Re: Price Gougeing



No, the commodities markets did that. Just look at the current market frenzy surrounding Hurricane Katrina. Up went the price!
Oil company costs did not go up, just the price of what they sell (except for repair costs, much of which will be borne by the insurance companies). Oil companies are not complaining, but they know the jackpot could end at any time, depending on future events, so they're banking evey penny they get.

Thank the EPA for that. Tetraethyl lead was the cheapest additive around, which is why it was adopted way back. Refineries stuck to that until they were legislated into using something else (which just happened to be more expensive and less efficient).
Any legislated alteration or regional segmentation of finshed gas raises costs to the oil companies. Believe me, they resist all such "environmental" alterations until forced to carry them by law. This is due to the costs involved, and the low margins that gas carries.
There is no point in being the only oil company to suffer due to those enviro costs. Better to wait until everybody is forced to do it, that way nobody has a costing advantage over anyone else.

For that one, you can thank the farm lobby. Nothing like a bit (lot) of pork in your home district to drum up a few sales. Note that the strongest political proponents or ethanol are those with rural districts.
Also, the environuts are irrationally convinced that ethanol is somehow "enviro friendly", so they add their efforts to the farm lobby.

And my sister is a corporate accountant. she's told me many of those ways. and there are a LOT. Many times the board gets the report they want to see, rather thanone that truly reflects the state of the corporatoin, something it's possible for nobody to actually know...
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TeGGeR®

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TeGGeR® wrote:

the commodities markets don't set what's called the "crack split". that's refinery mark up. only the oil companies do that.

see above.

end? how can it end? refineries were busily being taken out of production for "unsceduled maintenence" long before katrina came along. unless there's more capacity and independent competition, gas prices are a one-way street.

no, thank oil company lobbying of the epa for that.

lead was essential to reduce knock. it was around long before the calorific content game was being played.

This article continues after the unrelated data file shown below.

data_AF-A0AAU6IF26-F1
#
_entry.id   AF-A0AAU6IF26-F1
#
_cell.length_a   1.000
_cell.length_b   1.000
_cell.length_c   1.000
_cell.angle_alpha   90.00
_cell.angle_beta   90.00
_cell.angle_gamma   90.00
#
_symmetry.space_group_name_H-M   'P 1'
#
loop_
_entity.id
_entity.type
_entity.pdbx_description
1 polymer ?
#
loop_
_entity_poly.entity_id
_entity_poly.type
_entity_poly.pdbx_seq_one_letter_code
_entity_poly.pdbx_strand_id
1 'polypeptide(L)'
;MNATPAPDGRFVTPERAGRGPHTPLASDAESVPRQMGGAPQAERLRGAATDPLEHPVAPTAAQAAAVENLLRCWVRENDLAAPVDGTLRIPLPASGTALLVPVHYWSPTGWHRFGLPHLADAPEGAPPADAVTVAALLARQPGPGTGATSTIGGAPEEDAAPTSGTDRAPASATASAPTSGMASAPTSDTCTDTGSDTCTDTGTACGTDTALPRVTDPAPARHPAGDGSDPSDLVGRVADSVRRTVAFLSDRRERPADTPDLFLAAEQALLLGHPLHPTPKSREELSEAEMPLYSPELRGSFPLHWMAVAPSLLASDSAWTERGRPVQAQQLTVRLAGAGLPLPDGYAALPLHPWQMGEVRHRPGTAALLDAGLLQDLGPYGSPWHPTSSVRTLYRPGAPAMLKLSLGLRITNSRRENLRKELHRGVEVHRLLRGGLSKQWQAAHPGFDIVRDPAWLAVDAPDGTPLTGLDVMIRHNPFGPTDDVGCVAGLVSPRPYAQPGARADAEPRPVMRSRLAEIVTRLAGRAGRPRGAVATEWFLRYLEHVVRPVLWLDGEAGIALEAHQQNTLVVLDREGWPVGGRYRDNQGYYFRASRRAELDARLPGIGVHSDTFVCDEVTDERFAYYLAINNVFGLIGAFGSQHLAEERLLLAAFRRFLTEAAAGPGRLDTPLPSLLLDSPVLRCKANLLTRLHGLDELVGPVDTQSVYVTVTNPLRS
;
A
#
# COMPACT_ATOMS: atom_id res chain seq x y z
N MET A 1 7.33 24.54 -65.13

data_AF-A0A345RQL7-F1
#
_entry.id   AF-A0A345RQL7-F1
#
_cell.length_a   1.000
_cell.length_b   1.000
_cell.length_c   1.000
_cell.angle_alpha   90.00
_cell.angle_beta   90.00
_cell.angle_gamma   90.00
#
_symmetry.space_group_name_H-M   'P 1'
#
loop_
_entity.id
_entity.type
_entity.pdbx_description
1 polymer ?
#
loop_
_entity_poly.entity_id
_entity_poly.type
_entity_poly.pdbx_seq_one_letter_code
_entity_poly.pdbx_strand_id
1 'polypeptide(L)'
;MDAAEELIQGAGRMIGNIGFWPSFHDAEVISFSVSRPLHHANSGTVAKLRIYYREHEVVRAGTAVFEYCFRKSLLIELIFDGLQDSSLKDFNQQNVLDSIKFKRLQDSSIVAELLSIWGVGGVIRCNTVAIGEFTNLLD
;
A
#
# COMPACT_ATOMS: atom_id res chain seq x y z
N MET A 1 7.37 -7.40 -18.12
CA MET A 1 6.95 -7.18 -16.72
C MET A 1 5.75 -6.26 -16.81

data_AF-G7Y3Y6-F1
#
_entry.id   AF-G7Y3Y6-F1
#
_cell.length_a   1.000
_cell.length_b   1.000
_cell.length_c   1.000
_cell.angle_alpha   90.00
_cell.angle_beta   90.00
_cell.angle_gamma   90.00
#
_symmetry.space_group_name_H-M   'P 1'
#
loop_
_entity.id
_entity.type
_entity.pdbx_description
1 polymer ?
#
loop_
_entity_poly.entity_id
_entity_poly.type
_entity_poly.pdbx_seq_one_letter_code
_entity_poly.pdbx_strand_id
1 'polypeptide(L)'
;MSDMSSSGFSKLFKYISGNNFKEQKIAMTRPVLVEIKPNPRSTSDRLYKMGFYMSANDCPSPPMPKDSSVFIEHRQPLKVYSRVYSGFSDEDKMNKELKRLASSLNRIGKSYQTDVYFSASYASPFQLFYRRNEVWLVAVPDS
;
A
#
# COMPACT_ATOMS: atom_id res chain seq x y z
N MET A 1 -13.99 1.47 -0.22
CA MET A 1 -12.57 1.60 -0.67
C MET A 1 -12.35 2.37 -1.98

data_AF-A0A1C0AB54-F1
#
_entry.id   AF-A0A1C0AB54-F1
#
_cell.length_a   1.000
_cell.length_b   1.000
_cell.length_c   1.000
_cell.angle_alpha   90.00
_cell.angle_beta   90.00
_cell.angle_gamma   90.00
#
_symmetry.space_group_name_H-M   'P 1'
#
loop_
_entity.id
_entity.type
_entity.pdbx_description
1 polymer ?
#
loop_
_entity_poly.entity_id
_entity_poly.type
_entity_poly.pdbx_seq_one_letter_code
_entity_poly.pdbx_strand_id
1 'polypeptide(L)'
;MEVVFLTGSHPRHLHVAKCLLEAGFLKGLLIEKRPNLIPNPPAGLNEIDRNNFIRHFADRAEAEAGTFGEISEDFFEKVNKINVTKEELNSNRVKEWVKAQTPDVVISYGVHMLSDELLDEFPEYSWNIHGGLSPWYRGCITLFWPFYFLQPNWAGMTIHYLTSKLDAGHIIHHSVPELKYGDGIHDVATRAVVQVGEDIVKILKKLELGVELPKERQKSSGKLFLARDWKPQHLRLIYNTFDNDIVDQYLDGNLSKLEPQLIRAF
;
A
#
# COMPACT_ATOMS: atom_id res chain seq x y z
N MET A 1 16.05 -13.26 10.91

no, the epa went to look for cleaner burning fuels. these can be achieved by lower aromatic content, closer molecular weight bands, low sulfur, etc. but some genius cleverly managed to side-track epa emphasis into the search for clean burning fuels via "oxygenation" and hence the opportunity for the consumption of what had hitherto been a by-product, mtbe. once mtbe was in the mix, the calorific content game became crystal clear to the oilcos, and the game was on.

so they say, but the fact remains that in california, mtbe was mandated by a govenor whose wife just happened to be a director of a certain large oilco, who also just so happened to have refineries whose unique chemistry just so happened to be able to create large quantities of mtbe. just coincidence you understand. but the real rub came when the other oilcos, whose refinery processes did /not/ produce mtbe, found themselves compelled to get gouged for, sorry, /purchase/ a filthy by-product from a competitor. they complained about /that/ for sure.

see above.

tell that to the california legislature! we have specially formulated gas, specially formulated milk..., the special interest lobbying list goes on and on and on. it's the wild west out here. whoever gets to be sherrif gets to make the rules!

they're not fools - they know pork when they see it. but i still don't see why the rest of us have to pay tax to subsidize that pork, then premium prices, /then/ get inferior product.

this one amazes me. just like the biodiesel freaks. you need to grow tons of crop to harvest a few pounds of oil. the /smart/ route would be to use the whole biomass to produce a liquid hydrocarbon product, but that apparently is too much of a conceptual leap. not that the established fuel industry is in any hurry to point that out - they'd far rather pay lip service to biodiesel because they know the concept to be fundamentally flawed and therefore not long term viable.

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